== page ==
Latin American histories

Featured Interviews

A More Expansive Atlantic History of the Americas: An Interview with Jorge Cañizares-Esguerra
Interviews | August 12, 2021

A More Expansive Atlantic History of the Americas: An Interview with Jorge Cañizares-Esguerra

Jorge Cañizares Esguerra details his current project, Radical Spanish Empire. His aim is to historicize, to radicalize, to Americanize (expansively understood), and to show that colonial Massachusetts is unintelligible without Puebla or Tlaxcala in colonial Mexico, that colonial Virginia makes no sense without its Andean and Peruvian counterparts, and that Calvinists should be understood alongside Franciscans.

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On Global History: Avatars, Dilemmas, Partitions, Problems—A Conversation with Jeremy Adelman
Interviews | January 13, 2021

On Global History: Avatars, Dilemmas, Partitions, Problems—A Conversation with Jeremy Adelman

This conversation with Toynbee Prize Foundation Trustee Jeremy Adelman took place during the global COVID-19 pandemic, the final weeks of the US Presidential election, and the end of the Brexit negotiations. Through the lens of global history, we discussed tense relations amid the most recent wave of globalization and our present moment of resurgent nationalisms.

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Populism in History: An Interview with Federico Finchelstein
Interviews | July 24, 2018

Populism in History: An Interview with Federico Finchelstein

In his book, From Fascism to Populism in History (University of California Press, 2017) Federico Finchelstein provides the reader with an understanding of many of the most important theories of populism and how these theories stack up in the face of the 'messiness' of the global historical record. This hybrid intellectual-political history demonstrates how fascism and populism are connected but not the same, and why this matters for understanding the world today. In doing so, Finchelstein shows why we cannot afford not to have historians engage in contemporary political conversations.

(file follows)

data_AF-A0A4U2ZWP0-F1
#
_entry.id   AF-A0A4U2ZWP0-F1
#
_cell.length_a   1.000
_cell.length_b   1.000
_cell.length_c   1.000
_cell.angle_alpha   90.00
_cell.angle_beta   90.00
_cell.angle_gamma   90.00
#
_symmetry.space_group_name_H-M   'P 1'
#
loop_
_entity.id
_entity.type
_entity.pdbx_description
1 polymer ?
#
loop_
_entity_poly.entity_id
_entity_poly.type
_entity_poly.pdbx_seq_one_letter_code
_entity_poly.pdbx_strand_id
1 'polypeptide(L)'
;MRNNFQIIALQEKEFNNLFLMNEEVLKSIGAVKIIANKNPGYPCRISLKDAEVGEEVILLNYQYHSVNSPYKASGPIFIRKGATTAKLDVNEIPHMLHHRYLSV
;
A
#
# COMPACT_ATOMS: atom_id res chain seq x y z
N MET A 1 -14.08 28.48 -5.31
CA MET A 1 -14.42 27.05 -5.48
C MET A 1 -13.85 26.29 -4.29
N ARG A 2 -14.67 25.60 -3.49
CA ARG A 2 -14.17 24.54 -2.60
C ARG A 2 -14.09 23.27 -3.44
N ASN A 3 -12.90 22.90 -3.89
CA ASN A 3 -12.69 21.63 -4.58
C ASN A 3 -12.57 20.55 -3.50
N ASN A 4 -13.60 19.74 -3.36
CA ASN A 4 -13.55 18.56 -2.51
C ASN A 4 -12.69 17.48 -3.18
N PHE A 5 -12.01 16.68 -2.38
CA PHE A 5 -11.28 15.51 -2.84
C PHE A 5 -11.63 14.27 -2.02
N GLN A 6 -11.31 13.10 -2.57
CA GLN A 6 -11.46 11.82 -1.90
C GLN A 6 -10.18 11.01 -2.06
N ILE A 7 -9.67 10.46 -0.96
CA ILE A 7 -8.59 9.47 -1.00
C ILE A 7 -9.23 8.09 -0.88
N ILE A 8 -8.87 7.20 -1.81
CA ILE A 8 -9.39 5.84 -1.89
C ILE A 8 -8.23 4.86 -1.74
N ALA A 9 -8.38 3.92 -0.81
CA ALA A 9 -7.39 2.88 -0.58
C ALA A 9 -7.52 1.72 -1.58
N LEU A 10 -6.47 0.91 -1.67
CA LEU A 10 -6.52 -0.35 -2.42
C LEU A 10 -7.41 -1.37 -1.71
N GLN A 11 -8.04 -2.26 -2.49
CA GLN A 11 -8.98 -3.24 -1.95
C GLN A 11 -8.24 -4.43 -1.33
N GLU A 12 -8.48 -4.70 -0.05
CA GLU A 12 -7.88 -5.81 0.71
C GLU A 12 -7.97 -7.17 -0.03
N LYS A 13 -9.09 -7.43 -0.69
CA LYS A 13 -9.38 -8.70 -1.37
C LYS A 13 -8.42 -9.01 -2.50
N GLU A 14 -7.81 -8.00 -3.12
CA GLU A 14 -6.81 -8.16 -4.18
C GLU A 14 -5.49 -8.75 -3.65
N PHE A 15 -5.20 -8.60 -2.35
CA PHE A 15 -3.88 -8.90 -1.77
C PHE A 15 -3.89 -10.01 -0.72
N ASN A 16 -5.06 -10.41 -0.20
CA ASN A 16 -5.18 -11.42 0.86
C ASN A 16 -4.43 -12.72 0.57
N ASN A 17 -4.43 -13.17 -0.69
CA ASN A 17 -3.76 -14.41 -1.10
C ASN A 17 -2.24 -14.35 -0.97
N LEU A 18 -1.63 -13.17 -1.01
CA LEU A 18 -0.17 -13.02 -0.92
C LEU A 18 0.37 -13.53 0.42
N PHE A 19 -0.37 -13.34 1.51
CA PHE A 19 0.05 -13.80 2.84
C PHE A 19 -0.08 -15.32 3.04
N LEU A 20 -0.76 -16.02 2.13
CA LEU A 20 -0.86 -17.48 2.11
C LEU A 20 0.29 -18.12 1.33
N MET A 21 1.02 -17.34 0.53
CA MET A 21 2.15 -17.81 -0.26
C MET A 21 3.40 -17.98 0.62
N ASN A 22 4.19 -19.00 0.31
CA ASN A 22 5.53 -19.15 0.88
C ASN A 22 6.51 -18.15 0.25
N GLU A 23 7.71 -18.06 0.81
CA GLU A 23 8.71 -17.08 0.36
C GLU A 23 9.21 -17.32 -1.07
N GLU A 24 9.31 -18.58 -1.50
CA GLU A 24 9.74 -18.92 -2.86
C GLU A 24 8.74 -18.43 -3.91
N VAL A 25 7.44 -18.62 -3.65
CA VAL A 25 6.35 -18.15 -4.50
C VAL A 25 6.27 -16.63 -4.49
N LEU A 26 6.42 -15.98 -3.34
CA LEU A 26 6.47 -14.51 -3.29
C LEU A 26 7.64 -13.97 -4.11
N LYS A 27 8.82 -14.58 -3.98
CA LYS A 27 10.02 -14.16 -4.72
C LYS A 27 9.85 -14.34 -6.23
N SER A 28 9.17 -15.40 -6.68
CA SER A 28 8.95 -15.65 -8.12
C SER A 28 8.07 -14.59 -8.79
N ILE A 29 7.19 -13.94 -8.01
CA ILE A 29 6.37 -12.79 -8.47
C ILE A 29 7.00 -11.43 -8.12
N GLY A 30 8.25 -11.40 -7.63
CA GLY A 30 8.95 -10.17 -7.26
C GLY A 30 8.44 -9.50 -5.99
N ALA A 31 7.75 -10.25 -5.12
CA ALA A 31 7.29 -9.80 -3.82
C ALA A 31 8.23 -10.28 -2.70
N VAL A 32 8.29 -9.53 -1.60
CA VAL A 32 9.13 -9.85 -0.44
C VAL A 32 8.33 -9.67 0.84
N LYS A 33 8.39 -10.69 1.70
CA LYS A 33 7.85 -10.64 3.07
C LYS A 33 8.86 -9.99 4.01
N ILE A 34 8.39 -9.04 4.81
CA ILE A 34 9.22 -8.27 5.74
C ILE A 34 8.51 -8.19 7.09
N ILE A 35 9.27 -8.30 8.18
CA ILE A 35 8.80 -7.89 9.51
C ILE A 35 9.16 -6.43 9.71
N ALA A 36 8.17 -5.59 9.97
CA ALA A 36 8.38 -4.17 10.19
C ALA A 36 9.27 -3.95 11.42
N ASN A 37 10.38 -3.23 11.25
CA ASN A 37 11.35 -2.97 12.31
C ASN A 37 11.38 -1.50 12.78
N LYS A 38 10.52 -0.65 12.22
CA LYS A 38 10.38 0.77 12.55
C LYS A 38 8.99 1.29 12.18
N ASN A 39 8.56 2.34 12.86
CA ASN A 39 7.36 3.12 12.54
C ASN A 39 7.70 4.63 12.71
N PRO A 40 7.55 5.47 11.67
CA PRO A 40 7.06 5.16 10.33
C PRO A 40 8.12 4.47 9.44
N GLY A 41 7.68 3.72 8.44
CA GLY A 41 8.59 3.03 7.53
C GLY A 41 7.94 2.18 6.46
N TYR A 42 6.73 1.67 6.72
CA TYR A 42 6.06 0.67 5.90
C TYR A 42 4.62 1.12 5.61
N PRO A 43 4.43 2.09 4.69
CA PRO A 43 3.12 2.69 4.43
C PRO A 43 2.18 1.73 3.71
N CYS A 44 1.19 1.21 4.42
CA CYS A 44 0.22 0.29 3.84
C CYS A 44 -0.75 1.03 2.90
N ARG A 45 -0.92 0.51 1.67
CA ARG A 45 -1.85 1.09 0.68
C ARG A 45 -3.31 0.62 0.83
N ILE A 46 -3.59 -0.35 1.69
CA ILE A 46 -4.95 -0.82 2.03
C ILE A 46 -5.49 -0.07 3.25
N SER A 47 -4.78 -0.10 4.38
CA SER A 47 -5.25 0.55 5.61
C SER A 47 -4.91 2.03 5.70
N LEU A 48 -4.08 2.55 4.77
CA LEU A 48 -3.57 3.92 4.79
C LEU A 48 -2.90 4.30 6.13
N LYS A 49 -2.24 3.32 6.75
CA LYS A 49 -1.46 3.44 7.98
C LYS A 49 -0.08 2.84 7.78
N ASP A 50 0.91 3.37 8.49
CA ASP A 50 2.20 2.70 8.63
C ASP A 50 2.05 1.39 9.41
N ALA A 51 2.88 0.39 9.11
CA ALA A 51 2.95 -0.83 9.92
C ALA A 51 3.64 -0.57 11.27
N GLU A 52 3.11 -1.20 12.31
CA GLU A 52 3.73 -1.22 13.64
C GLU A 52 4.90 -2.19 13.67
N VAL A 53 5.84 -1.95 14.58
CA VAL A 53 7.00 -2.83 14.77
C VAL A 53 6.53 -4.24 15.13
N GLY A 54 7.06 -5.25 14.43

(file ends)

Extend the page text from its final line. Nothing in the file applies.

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Writing Global Ecological History 'From Below': An Interview with Gregory Cushman
Interviews | January 31, 2018

Writing Global Ecological History 'From Below': An Interview with Gregory Cushman

To further our understanding of the development of industrial capitalism over the past two centuries Greg Cushman claims, we need to write histories 'from below,' in two senses: first, we need to write histories that consider not just those who 'invented the steam engine', but those which trace the origins of the steam engine's parts (material and intellectual) wherever across the globe that leads us – often far beyond the 'Global North'. Second, we need to investigate our planetary history below the earth's surface. Lithospheric history Cushman calls it.

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Featured Articles

Roundtable—In the Land of Forgetfulness: History, Memory, and Culture in Disney’s Encanto
Article | March 30, 2022

Roundtable—In the Land of Forgetfulness: History, Memory, and Culture in Disney’s Encanto